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Comments December 5, 2011

It’s About Trust, Not Technology

Filed under: Board Management — Dave Rathbun @ 2:17 pm CommentsComments (3) 

I read this morning a topic in the MOD Authors forum at phpbb.com where the topic poster was trying to figure out a way to encrypt / decrypt private message text. The technical challenge was easily overcome, as someone posted some code that allows the board owner to do exactly that.

The problem is, it accomplishes nothing. :)

Private messages are often a hot topic for board owners, probably because of the privacy implications of the name “private” message. As most board owners probably know, private messages are not truly private. Anyone with database access can read the private message text. Anyone with access to a backup SQL dump can do the same. But who has this type of access, and what can be done to prevent it?

Board Owner Access

In many cases, only one person owns and manages a web site that includes a phpBB board. In this case, that person is likely to have the administrator passwords for the phpBB board, the SQL database password, and ftp or even shell access to the server itself. Even if that person does not start out knowing the SQL database password, they can get it easily enough by downloading the config.php file and getting it from there. Now suppose that private messages are encrypted as suggested in the topic listed above. Is the data safe?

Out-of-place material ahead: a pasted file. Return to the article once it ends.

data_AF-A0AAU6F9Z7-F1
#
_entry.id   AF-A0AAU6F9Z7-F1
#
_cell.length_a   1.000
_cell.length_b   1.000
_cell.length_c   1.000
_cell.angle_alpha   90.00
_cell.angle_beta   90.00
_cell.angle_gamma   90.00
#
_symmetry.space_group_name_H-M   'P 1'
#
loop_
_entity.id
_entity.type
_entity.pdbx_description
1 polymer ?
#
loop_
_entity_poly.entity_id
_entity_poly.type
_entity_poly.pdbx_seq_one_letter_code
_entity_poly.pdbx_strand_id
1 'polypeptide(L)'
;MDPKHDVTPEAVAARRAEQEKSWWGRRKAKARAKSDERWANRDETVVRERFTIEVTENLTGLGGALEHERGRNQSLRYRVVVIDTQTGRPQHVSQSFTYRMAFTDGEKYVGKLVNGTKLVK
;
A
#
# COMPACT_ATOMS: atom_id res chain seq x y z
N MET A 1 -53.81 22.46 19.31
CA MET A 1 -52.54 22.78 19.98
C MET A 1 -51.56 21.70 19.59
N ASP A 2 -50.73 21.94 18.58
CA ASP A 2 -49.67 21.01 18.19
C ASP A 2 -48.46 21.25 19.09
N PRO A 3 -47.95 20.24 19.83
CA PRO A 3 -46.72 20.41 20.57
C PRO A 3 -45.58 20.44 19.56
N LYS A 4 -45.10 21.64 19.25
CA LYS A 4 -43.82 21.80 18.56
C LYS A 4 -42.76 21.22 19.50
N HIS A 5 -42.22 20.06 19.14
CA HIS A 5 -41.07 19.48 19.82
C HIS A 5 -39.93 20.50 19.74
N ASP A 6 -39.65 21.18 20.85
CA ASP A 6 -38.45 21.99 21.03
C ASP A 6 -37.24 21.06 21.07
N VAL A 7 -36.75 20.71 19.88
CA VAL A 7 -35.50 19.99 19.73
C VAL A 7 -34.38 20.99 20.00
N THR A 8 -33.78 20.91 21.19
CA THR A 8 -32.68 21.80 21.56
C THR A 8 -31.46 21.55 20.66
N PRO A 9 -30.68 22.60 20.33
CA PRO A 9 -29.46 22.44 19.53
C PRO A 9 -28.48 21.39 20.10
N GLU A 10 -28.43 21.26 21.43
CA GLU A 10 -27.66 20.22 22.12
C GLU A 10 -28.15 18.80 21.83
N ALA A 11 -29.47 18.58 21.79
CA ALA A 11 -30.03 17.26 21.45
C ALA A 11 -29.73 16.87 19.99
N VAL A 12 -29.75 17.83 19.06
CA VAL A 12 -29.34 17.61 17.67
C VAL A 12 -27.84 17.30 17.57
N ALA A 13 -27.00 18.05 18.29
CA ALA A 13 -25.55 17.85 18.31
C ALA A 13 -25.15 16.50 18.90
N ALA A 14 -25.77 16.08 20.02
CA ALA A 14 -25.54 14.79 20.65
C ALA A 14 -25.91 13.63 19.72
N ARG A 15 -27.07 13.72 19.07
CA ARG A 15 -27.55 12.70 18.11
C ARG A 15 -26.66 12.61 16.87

No, I’m afraid not. The data in the database is encrypted, but by definition the information has to be able to be unscrambled for the PM recipient to be able to see it. All the board owner has to do is download the php code to obtain the encryption key and then use it to decrypt the data. It turns out it’s not the fact that the data is encrypted or not, because the board owner has access to the data and the tools required to decrypt it. The board owner can still read private messages, it just takes longer.

Encryption Versus Hashing

Passwords are hashed, not encrypted. This means that even though the board owner can see what the hash string is in the field in the database, there is no way to de-hash the data. By definition a hashing algorithm is one-way. But if the private message text is hashed, then there would be no way to get the original text back! That’s why as a board owner I can change a password to something new, but I cannot tell you what your original password was.